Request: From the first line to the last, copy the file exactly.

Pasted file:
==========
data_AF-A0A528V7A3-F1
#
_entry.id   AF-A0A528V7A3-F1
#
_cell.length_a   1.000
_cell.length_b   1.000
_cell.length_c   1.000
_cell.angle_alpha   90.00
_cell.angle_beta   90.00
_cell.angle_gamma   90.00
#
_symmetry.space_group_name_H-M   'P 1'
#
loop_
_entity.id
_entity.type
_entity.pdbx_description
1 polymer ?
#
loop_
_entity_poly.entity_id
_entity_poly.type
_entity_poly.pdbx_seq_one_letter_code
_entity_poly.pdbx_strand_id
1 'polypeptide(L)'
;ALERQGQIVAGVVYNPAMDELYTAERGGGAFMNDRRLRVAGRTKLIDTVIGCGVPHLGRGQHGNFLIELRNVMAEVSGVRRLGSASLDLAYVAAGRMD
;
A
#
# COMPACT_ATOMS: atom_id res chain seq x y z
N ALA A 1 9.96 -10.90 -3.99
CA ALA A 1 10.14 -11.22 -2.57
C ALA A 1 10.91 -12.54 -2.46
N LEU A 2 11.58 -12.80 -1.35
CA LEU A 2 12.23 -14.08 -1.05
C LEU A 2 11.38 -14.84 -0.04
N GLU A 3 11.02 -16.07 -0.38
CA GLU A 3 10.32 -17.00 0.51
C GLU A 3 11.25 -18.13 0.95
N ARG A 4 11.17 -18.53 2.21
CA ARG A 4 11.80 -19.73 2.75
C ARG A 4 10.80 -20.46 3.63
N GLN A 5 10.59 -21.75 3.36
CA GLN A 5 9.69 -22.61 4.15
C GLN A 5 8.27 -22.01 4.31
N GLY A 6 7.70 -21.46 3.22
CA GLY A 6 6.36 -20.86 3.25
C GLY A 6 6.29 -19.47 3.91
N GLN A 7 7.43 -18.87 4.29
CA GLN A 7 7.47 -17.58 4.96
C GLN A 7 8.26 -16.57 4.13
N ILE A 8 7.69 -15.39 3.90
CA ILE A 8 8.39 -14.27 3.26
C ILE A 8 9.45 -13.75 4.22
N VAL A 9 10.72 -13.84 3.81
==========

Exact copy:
data_AF-A0A528V7A3-F1
#
_entry.id   AF-A0A528V7A3-F1
#
_cell.length_a   1.000
_cell.length_b   1.000
_cell.length_c   1.000
_cell.angle_alpha   90.00
_cell.angle_beta   90.00
_cell.angle_gamma   90.00
#
_symmetry.space_group_name_H-M   'P 1'
#
loop_
_entity.id
_entity.type
_entity.pdbx_description
1 polymer ?
#
loop_
_entity_poly.entity_id
_entity_poly.type
_entity_poly.pdbx_seq_one_letter_code
_entity_poly.pdbx_strand_id
1 'polypeptide(L)'
;ALERQGQIVAGVVYNPAMDELYTAERGGGAFMNDRRLRVAGRTKLIDTVIGCGVPHLGRGQHGNFLIELRNVMAEVSGVRRLGSASLDLAYVAAGRMD
;
A
#
# COMPACT_ATOMS: atom_id res chain seq x y z
N ALA A 1 9.96 -10.90 -3.99
CA ALA A 1 10.14 -11.22 -2.57
C ALA A 1 10.91 -12.54 -2.46
N LEU A 2 11.58 -12.80 -1.35
CA LEU A 2 12.23 -14.08 -1.05
C LEU A 2 11.38 -14.84 -0.04
N GLU A 3 11.02 -16.07 -0.38
CA GLU A 3 10.32 -17.00 0.51
C GLU A 3 11.25 -18.13 0.95
N ARG A 4 11.17 -18.53 2.21
CA ARG A 4 11.80 -19.73 2.75
C ARG A 4 10.80 -20.46 3.63
N GLN A 5 10.59 -21.75 3.36
CA GLN A 5 9.69 -22.61 4.15
C GLN A 5 8.27 -22.01 4.31
N GLY A 6 7.70 -21.46 3.22
CA GLY A 6 6.36 -20.86 3.25
C GLY A 6 6.29 -19.47 3.91
N GLN A 7 7.43 -18.87 4.29
CA GLN A 7 7.47 -17.58 4.96
C GLN A 7 8.26 -16.57 4.13
N ILE A 8 7.69 -15.39 3.90
CA ILE A 8 8.39 -14.27 3.26
C ILE A 8 9.45 -13.75 4.22
N VAL A 9 10.72 -13.84 3.81